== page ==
The First Week is Always the Worst…

…or so I’ve been told. Well, if after the absolute bliss of the past week and a half, if it can only go up from here, I can’t wait to see how awesome this internship will get!

Don’t get me wrong; it’s been challenging, for sure. I’ve pushed myself, panicked, made some humiliating mistakes, hit the wall, and given up at the end of the day with a brain that felt like it was soaked in blackstrap molasses. I wouldn’t have it any other way. The bigger the challenge, the bigger the payoff, both in terms of self esteem and the utterly fascinating things I’m learning.

I couldn’t enumerate them, because there are so many, and because I’m not totally clear on them myself yet.

I’ve learned how the kernel keeps sets of data objects (such as struct pages, which represent pages of virtual memory) on a string like beads by running a struct list_head through them.

struct page {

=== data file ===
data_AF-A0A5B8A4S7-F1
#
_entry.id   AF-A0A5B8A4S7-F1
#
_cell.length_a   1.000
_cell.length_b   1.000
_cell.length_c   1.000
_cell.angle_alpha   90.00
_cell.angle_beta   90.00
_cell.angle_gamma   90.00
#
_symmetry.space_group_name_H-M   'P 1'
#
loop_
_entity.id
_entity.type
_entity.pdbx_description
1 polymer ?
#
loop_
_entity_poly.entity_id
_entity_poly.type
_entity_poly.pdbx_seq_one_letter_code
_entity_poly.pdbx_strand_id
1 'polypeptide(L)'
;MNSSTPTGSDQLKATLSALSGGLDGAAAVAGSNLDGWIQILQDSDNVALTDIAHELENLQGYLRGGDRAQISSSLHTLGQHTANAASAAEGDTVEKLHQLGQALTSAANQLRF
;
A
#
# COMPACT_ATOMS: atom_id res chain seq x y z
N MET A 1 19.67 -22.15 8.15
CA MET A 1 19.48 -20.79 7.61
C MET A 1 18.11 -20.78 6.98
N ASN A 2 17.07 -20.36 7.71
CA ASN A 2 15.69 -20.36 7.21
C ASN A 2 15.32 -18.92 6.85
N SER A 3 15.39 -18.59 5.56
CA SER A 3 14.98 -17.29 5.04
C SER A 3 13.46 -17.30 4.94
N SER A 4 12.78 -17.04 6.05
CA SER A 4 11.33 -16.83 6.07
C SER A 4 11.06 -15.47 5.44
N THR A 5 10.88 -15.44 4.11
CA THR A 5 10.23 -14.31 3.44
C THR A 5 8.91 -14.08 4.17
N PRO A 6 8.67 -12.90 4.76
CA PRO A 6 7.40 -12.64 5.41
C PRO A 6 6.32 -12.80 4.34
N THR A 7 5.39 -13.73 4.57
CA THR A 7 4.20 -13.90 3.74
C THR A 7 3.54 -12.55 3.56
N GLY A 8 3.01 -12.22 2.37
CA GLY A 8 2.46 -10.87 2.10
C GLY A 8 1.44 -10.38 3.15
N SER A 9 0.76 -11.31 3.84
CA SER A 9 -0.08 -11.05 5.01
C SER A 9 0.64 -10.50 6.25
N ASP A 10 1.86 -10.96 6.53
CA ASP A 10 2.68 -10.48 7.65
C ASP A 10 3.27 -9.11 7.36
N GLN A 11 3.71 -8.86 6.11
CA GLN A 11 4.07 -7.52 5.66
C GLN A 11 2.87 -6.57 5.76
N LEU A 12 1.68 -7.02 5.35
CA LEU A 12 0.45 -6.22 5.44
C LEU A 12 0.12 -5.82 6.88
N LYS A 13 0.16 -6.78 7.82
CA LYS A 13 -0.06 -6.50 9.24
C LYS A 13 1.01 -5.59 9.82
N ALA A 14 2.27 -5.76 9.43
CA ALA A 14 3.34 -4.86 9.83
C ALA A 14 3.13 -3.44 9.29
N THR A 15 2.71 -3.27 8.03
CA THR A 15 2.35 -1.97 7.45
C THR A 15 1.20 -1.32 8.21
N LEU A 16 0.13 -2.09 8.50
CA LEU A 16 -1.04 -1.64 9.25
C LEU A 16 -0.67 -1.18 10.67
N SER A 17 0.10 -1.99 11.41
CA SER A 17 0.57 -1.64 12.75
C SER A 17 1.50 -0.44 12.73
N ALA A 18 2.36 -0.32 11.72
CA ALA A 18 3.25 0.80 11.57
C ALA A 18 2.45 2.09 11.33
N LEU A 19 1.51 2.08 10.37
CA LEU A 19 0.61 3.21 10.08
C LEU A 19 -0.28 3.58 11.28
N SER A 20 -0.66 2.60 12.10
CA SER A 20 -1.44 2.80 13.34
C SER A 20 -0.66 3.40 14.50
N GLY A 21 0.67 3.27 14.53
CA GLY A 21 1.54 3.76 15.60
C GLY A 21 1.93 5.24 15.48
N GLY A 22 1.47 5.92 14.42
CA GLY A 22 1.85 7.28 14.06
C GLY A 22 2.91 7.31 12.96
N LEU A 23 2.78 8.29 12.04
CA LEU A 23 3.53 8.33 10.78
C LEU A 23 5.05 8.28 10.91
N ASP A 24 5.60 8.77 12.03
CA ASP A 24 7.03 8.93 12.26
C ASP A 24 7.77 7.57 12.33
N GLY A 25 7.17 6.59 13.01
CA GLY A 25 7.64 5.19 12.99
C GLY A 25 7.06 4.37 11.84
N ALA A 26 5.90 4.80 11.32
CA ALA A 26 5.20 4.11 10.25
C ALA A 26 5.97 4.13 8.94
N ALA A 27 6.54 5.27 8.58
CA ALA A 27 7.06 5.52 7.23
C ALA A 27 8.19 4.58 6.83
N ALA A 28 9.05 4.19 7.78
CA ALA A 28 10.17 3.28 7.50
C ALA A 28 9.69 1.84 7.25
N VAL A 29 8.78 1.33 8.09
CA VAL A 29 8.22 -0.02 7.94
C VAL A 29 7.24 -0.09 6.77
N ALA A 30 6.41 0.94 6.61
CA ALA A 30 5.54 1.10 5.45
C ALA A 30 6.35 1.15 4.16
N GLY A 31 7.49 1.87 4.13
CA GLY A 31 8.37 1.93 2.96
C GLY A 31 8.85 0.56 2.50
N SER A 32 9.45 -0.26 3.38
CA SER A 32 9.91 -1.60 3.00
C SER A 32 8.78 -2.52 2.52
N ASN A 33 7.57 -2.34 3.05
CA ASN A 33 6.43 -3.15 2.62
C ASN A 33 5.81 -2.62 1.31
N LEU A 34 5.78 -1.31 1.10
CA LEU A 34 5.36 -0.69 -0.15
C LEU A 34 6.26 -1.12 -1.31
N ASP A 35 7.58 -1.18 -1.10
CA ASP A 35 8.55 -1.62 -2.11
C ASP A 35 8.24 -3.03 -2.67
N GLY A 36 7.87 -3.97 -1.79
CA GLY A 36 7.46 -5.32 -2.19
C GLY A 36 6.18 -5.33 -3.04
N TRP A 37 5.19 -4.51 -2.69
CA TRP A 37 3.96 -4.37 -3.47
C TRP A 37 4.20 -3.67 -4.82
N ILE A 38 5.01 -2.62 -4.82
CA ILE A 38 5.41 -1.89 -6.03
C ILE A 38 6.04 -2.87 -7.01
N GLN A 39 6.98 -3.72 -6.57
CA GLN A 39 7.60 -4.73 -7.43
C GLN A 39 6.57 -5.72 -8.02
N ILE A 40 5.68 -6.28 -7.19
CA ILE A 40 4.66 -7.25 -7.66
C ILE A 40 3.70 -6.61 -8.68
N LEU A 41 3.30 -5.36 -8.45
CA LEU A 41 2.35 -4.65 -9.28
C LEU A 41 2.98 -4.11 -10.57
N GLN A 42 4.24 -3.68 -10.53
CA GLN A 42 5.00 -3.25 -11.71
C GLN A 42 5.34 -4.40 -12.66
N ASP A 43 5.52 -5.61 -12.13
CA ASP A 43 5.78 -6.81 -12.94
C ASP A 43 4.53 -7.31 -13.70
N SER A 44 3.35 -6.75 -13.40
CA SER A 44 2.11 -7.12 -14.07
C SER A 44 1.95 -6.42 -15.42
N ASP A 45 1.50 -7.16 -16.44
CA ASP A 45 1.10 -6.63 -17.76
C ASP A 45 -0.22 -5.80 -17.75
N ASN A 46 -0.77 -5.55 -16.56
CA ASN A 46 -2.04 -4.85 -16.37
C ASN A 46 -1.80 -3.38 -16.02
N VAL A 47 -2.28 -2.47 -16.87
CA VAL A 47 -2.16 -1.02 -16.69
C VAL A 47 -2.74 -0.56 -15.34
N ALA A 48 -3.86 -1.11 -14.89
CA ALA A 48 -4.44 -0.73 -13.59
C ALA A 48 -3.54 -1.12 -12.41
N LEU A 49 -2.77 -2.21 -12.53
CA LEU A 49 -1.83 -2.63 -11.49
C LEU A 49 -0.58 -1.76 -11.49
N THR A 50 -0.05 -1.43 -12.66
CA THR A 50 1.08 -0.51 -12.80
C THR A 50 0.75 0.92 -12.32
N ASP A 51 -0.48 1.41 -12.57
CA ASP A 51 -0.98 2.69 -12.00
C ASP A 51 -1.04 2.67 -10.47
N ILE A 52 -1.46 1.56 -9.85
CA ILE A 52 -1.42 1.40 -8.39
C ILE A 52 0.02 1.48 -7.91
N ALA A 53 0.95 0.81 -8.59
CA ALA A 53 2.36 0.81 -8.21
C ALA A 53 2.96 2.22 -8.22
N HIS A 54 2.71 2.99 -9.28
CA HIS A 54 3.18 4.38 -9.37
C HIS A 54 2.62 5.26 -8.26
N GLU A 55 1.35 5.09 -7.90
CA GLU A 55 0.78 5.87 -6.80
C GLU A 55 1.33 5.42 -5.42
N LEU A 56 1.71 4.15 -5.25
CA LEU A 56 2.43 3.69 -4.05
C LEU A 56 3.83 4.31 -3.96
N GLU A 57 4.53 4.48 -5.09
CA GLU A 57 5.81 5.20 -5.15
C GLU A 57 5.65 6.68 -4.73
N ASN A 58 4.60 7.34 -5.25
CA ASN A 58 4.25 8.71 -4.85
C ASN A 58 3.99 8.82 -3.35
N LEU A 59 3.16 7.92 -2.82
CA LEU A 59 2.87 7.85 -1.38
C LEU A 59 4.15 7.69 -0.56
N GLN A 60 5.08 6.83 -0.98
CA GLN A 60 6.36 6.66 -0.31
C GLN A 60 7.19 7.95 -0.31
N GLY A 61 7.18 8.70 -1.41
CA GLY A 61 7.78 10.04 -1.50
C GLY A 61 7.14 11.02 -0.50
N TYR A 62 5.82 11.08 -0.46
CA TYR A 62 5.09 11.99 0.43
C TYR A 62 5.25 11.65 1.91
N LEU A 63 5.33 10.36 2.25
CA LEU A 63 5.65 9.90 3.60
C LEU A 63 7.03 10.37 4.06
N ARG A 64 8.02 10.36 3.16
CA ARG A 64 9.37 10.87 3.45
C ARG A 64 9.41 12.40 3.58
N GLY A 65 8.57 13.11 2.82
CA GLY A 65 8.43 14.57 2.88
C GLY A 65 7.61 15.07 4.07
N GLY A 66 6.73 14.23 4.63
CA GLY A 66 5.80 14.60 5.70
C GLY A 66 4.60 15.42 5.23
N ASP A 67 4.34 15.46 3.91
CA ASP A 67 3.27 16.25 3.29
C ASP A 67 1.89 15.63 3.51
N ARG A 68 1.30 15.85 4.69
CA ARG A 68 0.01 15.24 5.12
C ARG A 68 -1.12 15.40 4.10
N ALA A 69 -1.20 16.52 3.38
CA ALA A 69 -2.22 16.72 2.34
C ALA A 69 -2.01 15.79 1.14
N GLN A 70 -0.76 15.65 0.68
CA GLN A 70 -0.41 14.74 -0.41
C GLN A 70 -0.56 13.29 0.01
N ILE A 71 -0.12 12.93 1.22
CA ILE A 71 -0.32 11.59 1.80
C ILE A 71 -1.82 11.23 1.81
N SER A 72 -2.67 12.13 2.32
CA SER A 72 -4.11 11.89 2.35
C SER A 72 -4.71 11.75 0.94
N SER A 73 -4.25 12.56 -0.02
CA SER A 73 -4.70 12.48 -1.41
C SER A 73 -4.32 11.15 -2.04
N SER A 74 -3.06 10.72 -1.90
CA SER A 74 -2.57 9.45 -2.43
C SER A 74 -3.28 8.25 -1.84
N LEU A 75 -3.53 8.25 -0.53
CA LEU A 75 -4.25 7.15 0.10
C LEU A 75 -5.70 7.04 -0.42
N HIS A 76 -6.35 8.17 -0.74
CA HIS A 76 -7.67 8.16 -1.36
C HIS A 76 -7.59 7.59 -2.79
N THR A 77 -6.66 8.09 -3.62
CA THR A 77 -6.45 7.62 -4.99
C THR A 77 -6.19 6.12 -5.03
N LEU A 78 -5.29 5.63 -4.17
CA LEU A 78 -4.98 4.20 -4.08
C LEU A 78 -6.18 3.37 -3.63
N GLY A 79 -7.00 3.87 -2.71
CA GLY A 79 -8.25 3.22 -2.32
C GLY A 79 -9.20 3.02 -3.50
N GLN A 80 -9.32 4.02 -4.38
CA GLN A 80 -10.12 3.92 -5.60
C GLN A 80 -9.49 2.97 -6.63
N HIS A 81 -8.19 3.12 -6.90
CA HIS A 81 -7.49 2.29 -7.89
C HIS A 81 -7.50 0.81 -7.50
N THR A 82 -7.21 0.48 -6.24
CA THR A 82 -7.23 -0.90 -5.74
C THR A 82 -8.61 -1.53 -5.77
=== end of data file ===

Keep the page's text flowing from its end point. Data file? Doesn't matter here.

/* First double word block */
        unsigned long flags;
...
       struct list_head lru; 
...

I’ve learned how it uses this method to sort pages into four Least Recently Used lists: active and inactive file pages (which don’t need to go to swap space, because they’re backed by the original file on disk), and active and inactive anonymous pages (which have no file or device backing them). It uses these lists to choose which pages will be banished to swap when the time comes.

I’ve learned how the kernel finds a previously banished page in swap space and reads it back in. The location in swap space is stored in an unsigned long, so that it can fit into a page table entry. Some bits specify which swap area the page is in (there can be up to 32), and some specify the offset from the start of the swap area where the page is to be found. There are macros to sort it all out.

I’ve learned what a system call looks like within the kernel code. It’s just a function with its header replaced by a macro, like this: SYSCALL_DEFINE1(swapoff, const char __user *, specialfile).

I’ll stop there.

In the coming week, I hope to fit all these and more together into a clear working map of the Linux memory manager. I already have a partial map, but it’s just a start. I also hope to deepen my concentration and focus, and maintain them for longer periods of time. If it’s half as good as my first week, it will still be awesome.

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